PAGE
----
WAIVER FOR LANDLORDS (S 1954) – The Committee on Public Health held a hearing on legislation that would grant local boards of health or the state Department of Public Health the power to grant a waiver relieving landlords of their obligation to provide heat during unseasonably warm outdoor temperatures. Under current law, landlords are required to provide heat between September 15 and June 15.
“Toll revenue cannot be used to meet our obligation to pay for transportation staff on the operating budget. Therefore, the one revenue source we can and we will turn to is Registry fees.”
Transportation Secretary Richard Davey on his soon-to-be announced proposal to raise fees at the Registry of Motor Vehicles.
“The potential is there for significant infringement of Fourth Amendment rights and privacy rights.”
Sen. Robert Hedlund (R-Weymouth) on his proposal to regulate the use of drones by law enforcement.
“It’s probably, if it’s not customary, it’s certainly not unusual for governors to think about whether they might have something to contribute some day as president. But I have no plans and I have no plans to make plans. ”
Gov. Patrick on whether he plans to run for president.
“One recurring theme among those who spoke was: If illegals don’t follow the rules by the very fact they’re illegals, what makes anyone think the rules will be followed once they get a license to drive?”
Chip Faulkner, Associate Director, Citizens for Limited Taxation, on the hearing on a bill that would allow Registry of Motor Vehicles to issue driver’s licenses to immigrants who do not have a social security number but take driver’s education, pass a driving test and carry insurance.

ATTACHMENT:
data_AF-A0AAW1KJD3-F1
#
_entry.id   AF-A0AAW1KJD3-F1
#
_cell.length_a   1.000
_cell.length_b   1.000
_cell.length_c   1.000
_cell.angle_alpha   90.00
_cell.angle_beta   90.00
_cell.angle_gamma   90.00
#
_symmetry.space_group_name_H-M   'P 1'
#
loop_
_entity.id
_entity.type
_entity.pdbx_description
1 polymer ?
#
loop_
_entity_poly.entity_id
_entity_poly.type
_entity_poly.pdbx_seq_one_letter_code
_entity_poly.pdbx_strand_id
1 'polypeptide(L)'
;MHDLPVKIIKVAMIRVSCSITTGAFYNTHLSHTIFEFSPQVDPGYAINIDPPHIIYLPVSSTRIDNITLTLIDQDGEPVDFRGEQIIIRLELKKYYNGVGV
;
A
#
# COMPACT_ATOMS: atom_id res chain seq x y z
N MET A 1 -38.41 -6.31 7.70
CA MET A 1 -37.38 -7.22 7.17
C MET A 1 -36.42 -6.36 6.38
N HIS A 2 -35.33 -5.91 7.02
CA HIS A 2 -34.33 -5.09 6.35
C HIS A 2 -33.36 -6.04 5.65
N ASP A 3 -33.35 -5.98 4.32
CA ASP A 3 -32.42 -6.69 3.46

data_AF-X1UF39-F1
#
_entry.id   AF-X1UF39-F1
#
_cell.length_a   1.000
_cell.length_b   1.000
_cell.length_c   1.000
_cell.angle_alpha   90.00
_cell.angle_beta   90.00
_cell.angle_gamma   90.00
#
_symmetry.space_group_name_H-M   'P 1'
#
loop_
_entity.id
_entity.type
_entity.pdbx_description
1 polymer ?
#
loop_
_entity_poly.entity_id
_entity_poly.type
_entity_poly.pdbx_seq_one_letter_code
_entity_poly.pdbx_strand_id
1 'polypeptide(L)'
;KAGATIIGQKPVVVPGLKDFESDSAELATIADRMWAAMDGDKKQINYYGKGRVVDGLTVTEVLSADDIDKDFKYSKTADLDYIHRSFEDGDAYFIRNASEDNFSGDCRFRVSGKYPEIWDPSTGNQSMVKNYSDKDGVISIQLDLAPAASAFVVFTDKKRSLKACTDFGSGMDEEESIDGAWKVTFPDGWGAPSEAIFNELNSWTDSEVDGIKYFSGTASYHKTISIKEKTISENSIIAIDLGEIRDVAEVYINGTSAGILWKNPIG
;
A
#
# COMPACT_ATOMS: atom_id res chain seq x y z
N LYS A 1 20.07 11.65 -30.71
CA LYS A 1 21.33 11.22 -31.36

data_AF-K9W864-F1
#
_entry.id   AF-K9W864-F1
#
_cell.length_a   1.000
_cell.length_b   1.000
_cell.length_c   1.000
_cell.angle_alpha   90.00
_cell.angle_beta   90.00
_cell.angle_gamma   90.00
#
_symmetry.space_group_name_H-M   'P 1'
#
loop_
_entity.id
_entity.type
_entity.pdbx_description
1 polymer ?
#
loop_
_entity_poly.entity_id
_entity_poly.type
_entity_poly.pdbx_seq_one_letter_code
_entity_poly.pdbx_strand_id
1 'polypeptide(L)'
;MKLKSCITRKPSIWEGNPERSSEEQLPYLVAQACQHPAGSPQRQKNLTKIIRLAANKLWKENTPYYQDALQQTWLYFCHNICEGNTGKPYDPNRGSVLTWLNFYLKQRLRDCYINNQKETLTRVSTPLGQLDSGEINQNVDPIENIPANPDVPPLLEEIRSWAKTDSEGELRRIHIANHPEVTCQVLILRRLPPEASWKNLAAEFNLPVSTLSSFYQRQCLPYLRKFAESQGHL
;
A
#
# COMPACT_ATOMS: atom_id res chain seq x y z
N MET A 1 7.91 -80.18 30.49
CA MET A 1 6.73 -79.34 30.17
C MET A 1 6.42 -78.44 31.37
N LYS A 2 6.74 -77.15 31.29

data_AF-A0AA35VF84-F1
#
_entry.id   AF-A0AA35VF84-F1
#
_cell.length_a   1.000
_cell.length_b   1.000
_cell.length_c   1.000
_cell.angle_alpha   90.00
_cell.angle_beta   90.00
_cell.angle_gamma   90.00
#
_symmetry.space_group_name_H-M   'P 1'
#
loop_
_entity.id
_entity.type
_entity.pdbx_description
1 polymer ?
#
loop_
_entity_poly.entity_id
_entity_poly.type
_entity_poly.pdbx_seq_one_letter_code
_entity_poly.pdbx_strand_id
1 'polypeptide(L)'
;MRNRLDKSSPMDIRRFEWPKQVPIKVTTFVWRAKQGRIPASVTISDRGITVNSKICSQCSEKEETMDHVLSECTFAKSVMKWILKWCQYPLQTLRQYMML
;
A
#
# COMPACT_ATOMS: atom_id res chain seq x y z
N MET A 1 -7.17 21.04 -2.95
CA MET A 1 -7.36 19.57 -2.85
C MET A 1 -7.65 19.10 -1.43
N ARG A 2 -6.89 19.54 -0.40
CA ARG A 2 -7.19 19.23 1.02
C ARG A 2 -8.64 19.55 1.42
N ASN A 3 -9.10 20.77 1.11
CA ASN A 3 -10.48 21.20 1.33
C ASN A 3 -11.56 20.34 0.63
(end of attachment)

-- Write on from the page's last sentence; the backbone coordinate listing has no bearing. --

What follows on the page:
HOW LONG WAS LAST WEEK’S SESSION? Beacon Hill Roll Call tracks the length of time that the House and Senate were in session each week. Many legislators say that legislative sessions are only one aspect of the Legislature’s job and that a lot of important work is done outside of the House and Senate chambers. They note that their jobs also involve committee work, research, constituent work and other matters that are important to their districts. Critics say that the Legislature does not meet regularly or long enough to debate and vote in public view on the thousands of pieces of legislation that have been filed. They note that the infrequency and brief length of sessions are misguided and lead to irresponsible late night sessions and a mad rush to act on dozens of bills in the days immediately preceding the end of an annual session.
During the week of March 3-7, the House met for a total of 12 hours and 18 minutes and the Senate met for a total of six hours and 12 minutes.
Mon. March 3 House 11:02 a.m. to 11:26 a.m.
Senate 11:03 a.m. to 11:20 a.m.
Tues. March 4 No House session
Senate 11:07 a.m. to 11:10 a.m.
Wed. March 5 House 11:05 a.m. to 4:50 p.m.
No Senate session
Thurs. March 6 House 11:04 a.m. to 5:13 p.m.
Senate 1:04 p.m. to 6:56 p.m.
Fri. March 7 No House session
No Senate session